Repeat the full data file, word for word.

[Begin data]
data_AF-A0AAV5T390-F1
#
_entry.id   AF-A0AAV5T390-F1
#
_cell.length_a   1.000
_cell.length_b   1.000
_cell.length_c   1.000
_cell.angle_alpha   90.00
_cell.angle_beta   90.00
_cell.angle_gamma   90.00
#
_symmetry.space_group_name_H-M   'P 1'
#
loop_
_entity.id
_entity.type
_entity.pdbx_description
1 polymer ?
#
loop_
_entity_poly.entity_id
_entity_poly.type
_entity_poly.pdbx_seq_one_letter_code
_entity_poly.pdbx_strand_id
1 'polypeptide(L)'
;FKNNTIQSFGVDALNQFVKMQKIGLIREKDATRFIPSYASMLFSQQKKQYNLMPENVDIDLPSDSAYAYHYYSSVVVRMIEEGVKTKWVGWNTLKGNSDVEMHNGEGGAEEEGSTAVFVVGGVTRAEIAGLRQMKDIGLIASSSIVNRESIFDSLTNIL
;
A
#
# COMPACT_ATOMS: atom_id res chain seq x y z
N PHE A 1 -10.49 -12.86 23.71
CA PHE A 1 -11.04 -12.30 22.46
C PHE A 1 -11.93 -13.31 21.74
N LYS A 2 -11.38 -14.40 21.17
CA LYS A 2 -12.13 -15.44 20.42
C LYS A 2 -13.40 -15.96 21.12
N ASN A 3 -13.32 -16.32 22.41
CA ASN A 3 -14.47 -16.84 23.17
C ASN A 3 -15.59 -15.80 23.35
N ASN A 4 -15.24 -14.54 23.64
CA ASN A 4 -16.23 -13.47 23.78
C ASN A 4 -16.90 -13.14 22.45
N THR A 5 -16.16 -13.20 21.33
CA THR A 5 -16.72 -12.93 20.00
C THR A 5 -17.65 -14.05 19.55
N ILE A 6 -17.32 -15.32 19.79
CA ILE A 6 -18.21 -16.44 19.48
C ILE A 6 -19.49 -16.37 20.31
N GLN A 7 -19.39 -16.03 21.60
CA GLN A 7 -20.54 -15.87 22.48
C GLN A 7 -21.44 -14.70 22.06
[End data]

data_AF-A0AAV5T390-F1
#
_entry.id   AF-A0AAV5T390-F1
#
_cell.length_a   1.000
_cell.length_b   1.000
_cell.length_c   1.000
_cell.angle_alpha   90.00
_cell.angle_beta   90.00
_cell.angle_gamma   90.00
#
_symmetry.space_group_name_H-M   'P 1'
#
loop_
_entity.id
_entity.type
_entity.pdbx_description
1 polymer ?
#
loop_
_entity_poly.entity_id
_entity_poly.type
_entity_poly.pdbx_seq_one_letter_code
_entity_poly.pdbx_strand_id
1 'polypeptide(L)'
;FKNNTIQSFGVDALNQFVKMQKIGLIREKDATRFIPSYASMLFSQQKKQYNLMPENVDIDLPSDSAYAYHYYSSVVVRMIEEGVKTKWVGWNTLKGNSDVEMHNGEGGAEEEGSTAVFVVGGVTRAEIAGLRQMKDIGLIASSSIVNRESIFDSLTNIL
;
A
#
# COMPACT_ATOMS: atom_id res chain seq x y z
N PHE A 1 -10.49 -12.86 23.71
CA PHE A 1 -11.04 -12.30 22.46
C PHE A 1 -11.93 -13.31 21.74
N LYS A 2 -11.38 -14.40 21.17
CA LYS A 2 -12.13 -15.44 20.42
C LYS A 2 -13.40 -15.96 21.12
N ASN A 3 -13.32 -16.32 22.41
CA ASN A 3 -14.47 -16.84 23.17
C ASN A 3 -15.59 -15.80 23.35
N ASN A 4 -15.24 -14.54 23.64
CA ASN A 4 -16.23 -13.47 23.78
C ASN A 4 -16.90 -13.14 22.45
N THR A 5 -16.16 -13.20 21.33
CA THR A 5 -16.72 -12.93 20.00
C THR A 5 -17.65 -14.05 19.55
N ILE A 6 -17.32 -15.32 19.79
CA ILE A 6 -18.21 -16.44 19.48
C ILE A 6 -19.49 -16.37 20.31
N GLN A 7 -19.39 -16.03 21.60
CA GLN A 7 -20.54 -15.87 22.48
C GLN A 7 -21.44 -14.70 22.06